As he began a four-day visit to Britain on Thursday, Trump, a major supporter of Brexit, told The Sun that he had advised May to go about leaving the EU in a different way but was ignored.
"I would have done it much differently. I actually told Theresa May how to do it but she didn't agree, she didn't listen to me. She wanted to go a different route.
"I would actually say that she probably went the opposite way. And that is fine. She should negotiate the best way she knows how. But it is too bad what is going on," he told the tabloid, Britain's best-selling newspaper.
Referring to the Brexit blueprint, which was outlined by the government on Thursday, he said: "The deal she is striking is a much different deal than the one the people voted on.
"It was not the deal that was in the referendum. I have just been hearing this over the last three days. I know they have had a lot of resignations. So a lot of people don't like it," he said.
May is facing a rebellion by Brexit hardliners over the proposals, including the resignation of Johnson and Brexit minister David Davis this week, although moderates and big businesses have been supportive.
'Kill the deal'
May has insisted that her Brexit deal will allow Britain to strike its own lucrative trade deals with countries like the US once her country has left the bloc as planned in March next year.
She pressed Trump about the deal on Thursday at a gala dinner at Blenheim Palace, the birthplace of Britain's World War II leader Winston Churchill.
Brexit "creates an opportunity to reach a free trade agreement that creates jobs and growth here in the UK and right across the United States," she said.
But Trump poured cold water on May's offer.
Referring to the Brexit deal, he said that: "If they do a deal like that, we would be dealing with the European Union instead of dealing with the UK, so it will probably kill the deal".
Trump flew into Britain on Thursday, having already subjected NATO allies to a roasting over their levels of defence spending.
The president spent the night at the US ambassador's residence located in a London park behind a "ring of steel" fencing, stalked by noisy demonstrators.
'Politics of fear'
The agenda for Trump and May on Friday includes discussion on relations with Russia, ahead of a summit in Finland on Monday between Trump and President Vladimir Putin.
Complicating matters, Putin's government is accused by May's of unleashing a deadly nerve agent in the English city of Salisbury. Moscow denies the charge, and Trump has given no indication that he intends to raise the issue with Putin.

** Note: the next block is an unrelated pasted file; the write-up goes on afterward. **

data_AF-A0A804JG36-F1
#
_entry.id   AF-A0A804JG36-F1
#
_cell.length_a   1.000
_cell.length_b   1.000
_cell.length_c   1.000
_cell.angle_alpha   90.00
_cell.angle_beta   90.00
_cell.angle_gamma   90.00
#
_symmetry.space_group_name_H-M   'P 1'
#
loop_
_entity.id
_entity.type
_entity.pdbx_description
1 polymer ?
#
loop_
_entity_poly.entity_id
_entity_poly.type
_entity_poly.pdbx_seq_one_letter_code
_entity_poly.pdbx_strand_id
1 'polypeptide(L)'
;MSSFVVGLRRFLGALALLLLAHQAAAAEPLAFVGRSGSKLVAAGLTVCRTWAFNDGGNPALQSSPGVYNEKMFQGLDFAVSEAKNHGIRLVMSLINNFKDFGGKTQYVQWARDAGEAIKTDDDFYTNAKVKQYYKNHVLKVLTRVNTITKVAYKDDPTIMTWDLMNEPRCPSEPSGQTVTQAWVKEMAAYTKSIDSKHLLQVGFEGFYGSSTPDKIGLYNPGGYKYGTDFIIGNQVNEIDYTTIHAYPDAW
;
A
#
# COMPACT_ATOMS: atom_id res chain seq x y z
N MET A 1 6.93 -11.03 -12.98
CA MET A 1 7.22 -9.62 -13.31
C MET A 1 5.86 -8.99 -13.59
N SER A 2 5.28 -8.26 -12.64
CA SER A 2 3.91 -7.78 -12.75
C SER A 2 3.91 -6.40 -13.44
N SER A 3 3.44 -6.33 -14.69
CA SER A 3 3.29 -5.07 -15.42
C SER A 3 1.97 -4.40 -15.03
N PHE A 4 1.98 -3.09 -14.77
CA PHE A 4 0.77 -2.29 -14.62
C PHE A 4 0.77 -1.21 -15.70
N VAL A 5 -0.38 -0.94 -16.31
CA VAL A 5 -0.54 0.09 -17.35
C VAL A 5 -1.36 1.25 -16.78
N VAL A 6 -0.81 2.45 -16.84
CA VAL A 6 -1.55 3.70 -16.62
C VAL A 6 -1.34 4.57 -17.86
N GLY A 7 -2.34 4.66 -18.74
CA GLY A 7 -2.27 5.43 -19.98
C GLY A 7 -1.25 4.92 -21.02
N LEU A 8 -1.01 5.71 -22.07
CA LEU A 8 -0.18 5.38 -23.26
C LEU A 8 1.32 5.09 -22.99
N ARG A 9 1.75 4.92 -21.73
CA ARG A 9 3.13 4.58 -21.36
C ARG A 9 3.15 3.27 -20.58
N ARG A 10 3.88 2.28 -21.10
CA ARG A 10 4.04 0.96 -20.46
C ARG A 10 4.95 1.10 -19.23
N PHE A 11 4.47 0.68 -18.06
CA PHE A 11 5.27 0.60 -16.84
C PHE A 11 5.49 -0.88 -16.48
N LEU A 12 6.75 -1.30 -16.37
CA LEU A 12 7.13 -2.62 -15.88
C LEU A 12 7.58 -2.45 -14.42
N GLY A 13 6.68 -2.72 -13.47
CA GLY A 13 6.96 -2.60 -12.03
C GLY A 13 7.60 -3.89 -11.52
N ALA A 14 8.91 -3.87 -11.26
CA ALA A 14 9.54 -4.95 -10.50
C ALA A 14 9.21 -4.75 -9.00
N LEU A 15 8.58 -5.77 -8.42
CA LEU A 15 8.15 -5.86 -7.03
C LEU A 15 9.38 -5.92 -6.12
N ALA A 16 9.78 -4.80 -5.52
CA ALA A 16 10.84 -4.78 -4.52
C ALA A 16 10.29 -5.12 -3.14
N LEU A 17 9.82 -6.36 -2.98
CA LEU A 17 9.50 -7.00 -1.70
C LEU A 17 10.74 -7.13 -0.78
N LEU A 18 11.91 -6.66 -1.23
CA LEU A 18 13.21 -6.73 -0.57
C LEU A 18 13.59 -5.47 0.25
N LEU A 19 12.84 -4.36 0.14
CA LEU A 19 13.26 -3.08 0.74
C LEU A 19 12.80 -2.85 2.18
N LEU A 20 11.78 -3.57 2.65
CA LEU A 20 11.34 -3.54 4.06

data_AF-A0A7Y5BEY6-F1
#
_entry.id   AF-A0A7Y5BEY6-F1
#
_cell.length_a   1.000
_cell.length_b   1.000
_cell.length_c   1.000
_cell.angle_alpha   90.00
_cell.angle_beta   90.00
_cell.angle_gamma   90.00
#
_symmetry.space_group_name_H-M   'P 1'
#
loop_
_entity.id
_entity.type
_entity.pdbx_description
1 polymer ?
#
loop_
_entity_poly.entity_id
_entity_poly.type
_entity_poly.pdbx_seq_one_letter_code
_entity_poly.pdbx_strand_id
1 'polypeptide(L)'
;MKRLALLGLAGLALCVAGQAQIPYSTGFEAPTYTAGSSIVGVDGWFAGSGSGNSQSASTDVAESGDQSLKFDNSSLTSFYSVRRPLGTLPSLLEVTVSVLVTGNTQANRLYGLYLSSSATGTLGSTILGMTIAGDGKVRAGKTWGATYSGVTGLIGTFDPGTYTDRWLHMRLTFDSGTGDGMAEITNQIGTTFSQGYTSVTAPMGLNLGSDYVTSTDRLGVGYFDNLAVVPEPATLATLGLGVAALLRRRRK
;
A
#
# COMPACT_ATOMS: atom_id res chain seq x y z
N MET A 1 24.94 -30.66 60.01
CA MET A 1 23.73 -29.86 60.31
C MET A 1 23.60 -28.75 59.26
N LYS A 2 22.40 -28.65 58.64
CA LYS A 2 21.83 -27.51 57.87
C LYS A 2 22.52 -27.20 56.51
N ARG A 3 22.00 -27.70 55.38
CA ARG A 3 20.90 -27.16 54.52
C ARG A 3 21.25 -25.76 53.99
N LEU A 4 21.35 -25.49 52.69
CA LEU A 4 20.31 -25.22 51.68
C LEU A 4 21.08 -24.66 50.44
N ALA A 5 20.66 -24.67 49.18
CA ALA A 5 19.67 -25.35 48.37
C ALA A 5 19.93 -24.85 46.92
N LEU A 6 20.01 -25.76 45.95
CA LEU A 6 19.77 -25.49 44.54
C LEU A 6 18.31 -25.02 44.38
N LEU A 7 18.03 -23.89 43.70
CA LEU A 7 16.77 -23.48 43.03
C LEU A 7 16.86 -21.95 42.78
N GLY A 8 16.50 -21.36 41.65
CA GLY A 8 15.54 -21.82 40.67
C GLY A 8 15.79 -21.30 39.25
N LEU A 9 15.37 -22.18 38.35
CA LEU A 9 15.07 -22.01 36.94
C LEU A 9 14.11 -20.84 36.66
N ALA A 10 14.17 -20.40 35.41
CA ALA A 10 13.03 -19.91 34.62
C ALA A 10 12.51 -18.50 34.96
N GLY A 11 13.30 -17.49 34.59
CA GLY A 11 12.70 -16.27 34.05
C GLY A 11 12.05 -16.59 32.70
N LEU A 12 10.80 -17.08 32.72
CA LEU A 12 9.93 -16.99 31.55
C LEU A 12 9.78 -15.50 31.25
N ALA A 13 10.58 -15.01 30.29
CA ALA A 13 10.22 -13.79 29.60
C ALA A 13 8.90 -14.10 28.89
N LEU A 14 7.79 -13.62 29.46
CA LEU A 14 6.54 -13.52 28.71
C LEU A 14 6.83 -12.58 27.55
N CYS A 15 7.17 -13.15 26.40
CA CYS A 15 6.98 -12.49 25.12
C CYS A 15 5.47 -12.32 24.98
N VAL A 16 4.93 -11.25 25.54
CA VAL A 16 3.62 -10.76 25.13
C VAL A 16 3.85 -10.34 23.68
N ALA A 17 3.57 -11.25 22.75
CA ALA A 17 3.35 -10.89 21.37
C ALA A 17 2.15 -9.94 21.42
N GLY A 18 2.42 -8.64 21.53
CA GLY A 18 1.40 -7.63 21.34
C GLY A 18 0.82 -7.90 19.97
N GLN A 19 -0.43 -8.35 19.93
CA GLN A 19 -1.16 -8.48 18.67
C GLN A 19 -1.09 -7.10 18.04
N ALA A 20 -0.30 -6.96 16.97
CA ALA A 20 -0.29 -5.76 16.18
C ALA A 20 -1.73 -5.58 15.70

Trump will later Friday take tea with Queen Elizabeth II at Windsor Castle, before spending the weekend in Scotland on a private visit that will likely take in 18 holes at one of the property magnate's golf courses, where more protestors await.
While his schedule studiously avoids any high-profile events in London, the British capital will see a mass demonstration and rally Friday, one of several protests across Britain including a tuneful one by a group of opera singers.
An inflatable mockup of Trump in a nappy will fly next to the British parliament earlier in the day.
The balloon was authorised by Khan, who has crossed swords with Trump several times after the president posted factually incorrect messages over a series of terror attacks in Britain in 2017.
Trump said Khan had done "a very bad job on terrorism" and said he had "not been hospitable to a government that is very important".
"Now he might not like the current president, but I represent the United States," Trump said.
Khan earlier urged Londoners to keep Friday's main protest "peaceful and good-spirited", saying the message went broader than Trump.
"I know Londoners are resolutely opposed to the politics of fear and despair. The US has always stood by our side as a beacon for tolerance, openness and respect," he said.
"But having a special relationship means that we expect the highest standards from each other, and it also means speaking out when we think the values we hold dear are under threat."